We visit a dementia cafe drawing on South Asian experiences.
Hamari Yaadain, which means 'our memories' in some South Asian languages, is a monthly dementia café for people that meets in Harehills, east Leeds.
Run by health and wellbeing charity Touchstone, the group brings South Asian people with dementia, carers and relatives together to talk and enjoy interesting activities.
Today's theme is oral history and arts, and the session begins with memories of recent or favourite holidays.
Conversations take place in English, Punjabi and Gujarati, and many in the group recall visiting India to see family.
'I remember going and meeting all the relatives, my brother organised the trip. It was really nice,' says one member.
Another has fond memories of Goa on the Indian west coast. 'Taxis to the seaside and shopping in town - we used to enjoy it,' he says.
The group then listens intently as one visitor to Egypt provides a vivid description of going into a tomb and seeing a mummy.
Next, members divide into smaller groups and use coloured pens to write down memories from their trips, including what they ate and any funny moments that have stayed with them.
'We went to Spain and, even there, they made fish fingers in the restaurant!' says one of the men.
Someone else recalls being stuck in a lift for four hours, which prompts a discussion about power cuts and broken-down cars.
At the end of the session, group leader Ripaljeet Kaur reminds everyone how these sorts of reminiscence activities can be good for the brain.
She then announces lunch, and everyone spends the rest of the session chatting over food and drink, including homemade South Asian fare.
Listening and talking
Dr Sewa Singh Kalsi, 87, is a retired university lecturer who has Alzheimer's.
'I like being invited to groups where I can talk about my experiences,' says Dr Kalsi.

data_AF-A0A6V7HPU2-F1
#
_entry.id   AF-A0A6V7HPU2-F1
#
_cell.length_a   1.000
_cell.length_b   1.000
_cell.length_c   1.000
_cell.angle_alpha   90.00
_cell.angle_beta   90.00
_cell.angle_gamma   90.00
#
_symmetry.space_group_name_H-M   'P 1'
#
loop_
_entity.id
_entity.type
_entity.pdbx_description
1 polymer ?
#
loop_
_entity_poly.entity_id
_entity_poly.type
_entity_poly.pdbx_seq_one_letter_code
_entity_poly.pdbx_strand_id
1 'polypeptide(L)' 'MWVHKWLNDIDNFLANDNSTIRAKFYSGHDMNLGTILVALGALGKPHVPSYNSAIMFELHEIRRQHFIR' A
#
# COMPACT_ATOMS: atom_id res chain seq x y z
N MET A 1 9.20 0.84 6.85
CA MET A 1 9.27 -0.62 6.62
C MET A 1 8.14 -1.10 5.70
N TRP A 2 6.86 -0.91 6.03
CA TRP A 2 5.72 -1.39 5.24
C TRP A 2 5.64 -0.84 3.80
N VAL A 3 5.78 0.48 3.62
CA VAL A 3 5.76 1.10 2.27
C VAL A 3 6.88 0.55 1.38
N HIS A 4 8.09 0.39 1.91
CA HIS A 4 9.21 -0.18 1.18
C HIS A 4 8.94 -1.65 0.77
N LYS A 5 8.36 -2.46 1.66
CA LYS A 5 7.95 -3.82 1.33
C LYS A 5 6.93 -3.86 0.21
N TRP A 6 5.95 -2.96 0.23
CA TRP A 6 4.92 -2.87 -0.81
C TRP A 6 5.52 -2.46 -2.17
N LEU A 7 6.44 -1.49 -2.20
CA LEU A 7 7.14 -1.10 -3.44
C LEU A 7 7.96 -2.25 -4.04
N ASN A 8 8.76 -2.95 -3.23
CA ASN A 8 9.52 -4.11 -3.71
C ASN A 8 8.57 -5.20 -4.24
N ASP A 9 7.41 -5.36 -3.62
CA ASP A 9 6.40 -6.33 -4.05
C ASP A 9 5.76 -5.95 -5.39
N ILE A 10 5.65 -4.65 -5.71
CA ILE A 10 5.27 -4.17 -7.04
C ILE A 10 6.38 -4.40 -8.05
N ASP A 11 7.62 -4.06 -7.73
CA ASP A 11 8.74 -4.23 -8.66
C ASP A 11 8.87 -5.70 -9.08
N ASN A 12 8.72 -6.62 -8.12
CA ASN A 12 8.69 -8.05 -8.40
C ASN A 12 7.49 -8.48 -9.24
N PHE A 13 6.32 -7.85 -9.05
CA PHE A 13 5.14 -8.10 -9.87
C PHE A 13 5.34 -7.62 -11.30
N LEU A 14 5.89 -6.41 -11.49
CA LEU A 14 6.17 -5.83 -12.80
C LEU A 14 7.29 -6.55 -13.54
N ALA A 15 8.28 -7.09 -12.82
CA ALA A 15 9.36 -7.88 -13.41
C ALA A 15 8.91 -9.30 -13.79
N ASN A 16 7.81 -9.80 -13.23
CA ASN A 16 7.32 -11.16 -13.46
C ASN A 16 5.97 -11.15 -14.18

'I look forward to the sessions,' he says. 'We talk about what we've been doing and any interesting events. Some people talk about their families.
'I like being invited to groups where I can talk about my experiences.
'I also like to prompt other people to share their experiences - listening is as important as talking.'
Sewa speaks highly of Ripaljeet, describing her as a 'key person'.
'She always gives the impression that she's concerned with everybody's needs,' he says.
Tara Singh Chana has accompanied his wife, who has Alzheimer's, to the past few sessions.
'When we come in, she's a bit on the low side. But we spend two hours here and her mood changes,' he says.
'She finds it especially enjoyable when the group does something together.'
Tara also benefits from attending. 'We have four children who are well settled, so it's only two of us in the house,' he says.
'We used to feel lonely back home - loneliness is a big disease.
'But coming here and meeting other members helps bring memories back. The group is like a family.
'I find it very helpful coming here. The staff speak our language, they understand.'
Tara feels there can be a lack of understanding about dementia among South Asian communities, including his own Sikh community.
'There is a major lack of awareness in the Hindu community - I'm trying to do something about it,' says Dharmesh.
This view is shared by Dharmesh Mistry, whose family are Hindus who came to the UK from Africa. He attends the group with his mother Kanchan and father Chhaganlal, who has Alzheimer's.
'There is a major lack of awareness in the Hindu community,' says Dharmesh. 'I'm trying to do something about it because if it's happening to my dad, it could happen to anybody.'
'Nobody knows about dementia,' adds Kanchan. 'We hadn't heard of it.'
Dharmesh says being at the group helps the family to better understand what Chhaganlal is experiencing. It also allows his father to meet people who have life histories that he can relate to.
'Dad realised that there are friends here who can relate to him - to his days in Africa,' he says.
'He made a connection straightaway with people who could understand what he was saying.'
Ripaljeet says it's crucial that the group's activities are planned around the specific needs of its members.
'Groups like this one are really important for people from black, Asian and minority ethnic backgrounds,' she says. 'It's run in their mother tongue, so people feel comfortable.
'It's the only group that most of them go to, because of the language and the culture.'
However, she is also keen to 'push people out of their comfort zone' - to get them to take part in activities they wouldn't usually consider.
This led to some members going to see a dementia-friendly show at the West Yorkshire Playhouse.
As Hamari Yaadain continues to expand, the group remains a vital source of support for its members.
Ripaljeet says, 'It's about bringing people together and making them feel more comfortable talking about the issues they are facing.'